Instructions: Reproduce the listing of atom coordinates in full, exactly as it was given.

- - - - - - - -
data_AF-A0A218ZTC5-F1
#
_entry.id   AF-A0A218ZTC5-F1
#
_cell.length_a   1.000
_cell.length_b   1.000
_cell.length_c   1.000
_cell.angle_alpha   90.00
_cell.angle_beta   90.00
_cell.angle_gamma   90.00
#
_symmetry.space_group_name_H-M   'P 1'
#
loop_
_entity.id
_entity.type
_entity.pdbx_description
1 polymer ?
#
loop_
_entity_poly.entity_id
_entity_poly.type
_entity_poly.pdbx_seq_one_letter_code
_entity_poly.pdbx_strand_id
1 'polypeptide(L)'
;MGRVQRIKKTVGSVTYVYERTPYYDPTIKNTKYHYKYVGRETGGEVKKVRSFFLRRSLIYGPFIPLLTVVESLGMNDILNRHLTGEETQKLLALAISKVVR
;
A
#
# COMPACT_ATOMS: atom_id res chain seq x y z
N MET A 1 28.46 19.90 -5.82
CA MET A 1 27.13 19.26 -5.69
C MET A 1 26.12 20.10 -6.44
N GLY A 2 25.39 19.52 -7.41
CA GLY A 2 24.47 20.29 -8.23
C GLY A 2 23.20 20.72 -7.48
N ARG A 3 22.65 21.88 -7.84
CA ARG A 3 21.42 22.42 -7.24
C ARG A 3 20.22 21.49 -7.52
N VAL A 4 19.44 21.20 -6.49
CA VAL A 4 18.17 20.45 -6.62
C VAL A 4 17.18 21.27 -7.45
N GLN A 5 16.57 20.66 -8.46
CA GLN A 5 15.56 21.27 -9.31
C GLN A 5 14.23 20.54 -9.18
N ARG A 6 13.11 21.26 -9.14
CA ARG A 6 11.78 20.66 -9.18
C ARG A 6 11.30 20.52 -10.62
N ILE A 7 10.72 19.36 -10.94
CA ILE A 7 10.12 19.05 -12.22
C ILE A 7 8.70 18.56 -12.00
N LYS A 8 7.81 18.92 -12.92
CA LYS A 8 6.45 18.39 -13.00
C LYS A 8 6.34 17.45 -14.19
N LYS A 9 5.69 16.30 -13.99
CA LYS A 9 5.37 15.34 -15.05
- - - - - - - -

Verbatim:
data_AF-A0A218ZTC5-F1
#
_entry.id   AF-A0A218ZTC5-F1
#
_cell.length_a   1.000
_cell.length_b   1.000
_cell.length_c   1.000
_cell.angle_alpha   90.00
_cell.angle_beta   90.00
_cell.angle_gamma   90.00
#
_symmetry.space_group_name_H-M   'P 1'
#
loop_
_entity.id
_entity.type
_entity.pdbx_description
1 polymer ?
#
loop_
_entity_poly.entity_id
_entity_poly.type
_entity_poly.pdbx_seq_one_letter_code
_entity_poly.pdbx_strand_id
1 'polypeptide(L)'
;MGRVQRIKKTVGSVTYVYERTPYYDPTIKNTKYHYKYVGRETGGEVKKVRSFFLRRSLIYGPFIPLLTVVESLGMNDILNRHLTGEETQKLLALAISKVVR
;
A
#
# COMPACT_ATOMS: atom_id res chain seq x y z
N MET A 1 28.46 19.90 -5.82
CA MET A 1 27.13 19.26 -5.69
C MET A 1 26.12 20.10 -6.44
N GLY A 2 25.39 19.52 -7.41
CA GLY A 2 24.47 20.29 -8.23
C GLY A 2 23.20 20.72 -7.48
N ARG A 3 22.65 21.88 -7.84
CA ARG A 3 21.42 22.42 -7.24
C ARG A 3 20.22 21.49 -7.52
N VAL A 4 19.44 21.20 -6.49
CA VAL A 4 18.17 20.45 -6.62
C VAL A 4 17.18 21.27 -7.45
N GLN A 5 16.57 20.66 -8.46
CA GLN A 5 15.56 21.27 -9.31
C GLN A 5 14.23 20.54 -9.18
N ARG A 6 13.11 21.26 -9.14
CA ARG A 6 11.78 20.66 -9.18
C ARG A 6 11.30 20.52 -10.62
N ILE A 7 10.72 19.36 -10.94
CA ILE A 7 10.12 19.05 -12.22
C ILE A 7 8.70 18.56 -12.00
N LYS A 8 7.81 18.92 -12.92
CA LYS A 8 6.45 18.39 -13.00
C LYS A 8 6.34 17.45 -14.19
N LYS A 9 5.69 16.30 -13.99
CA LYS A 9 5.37 15.34 -15.05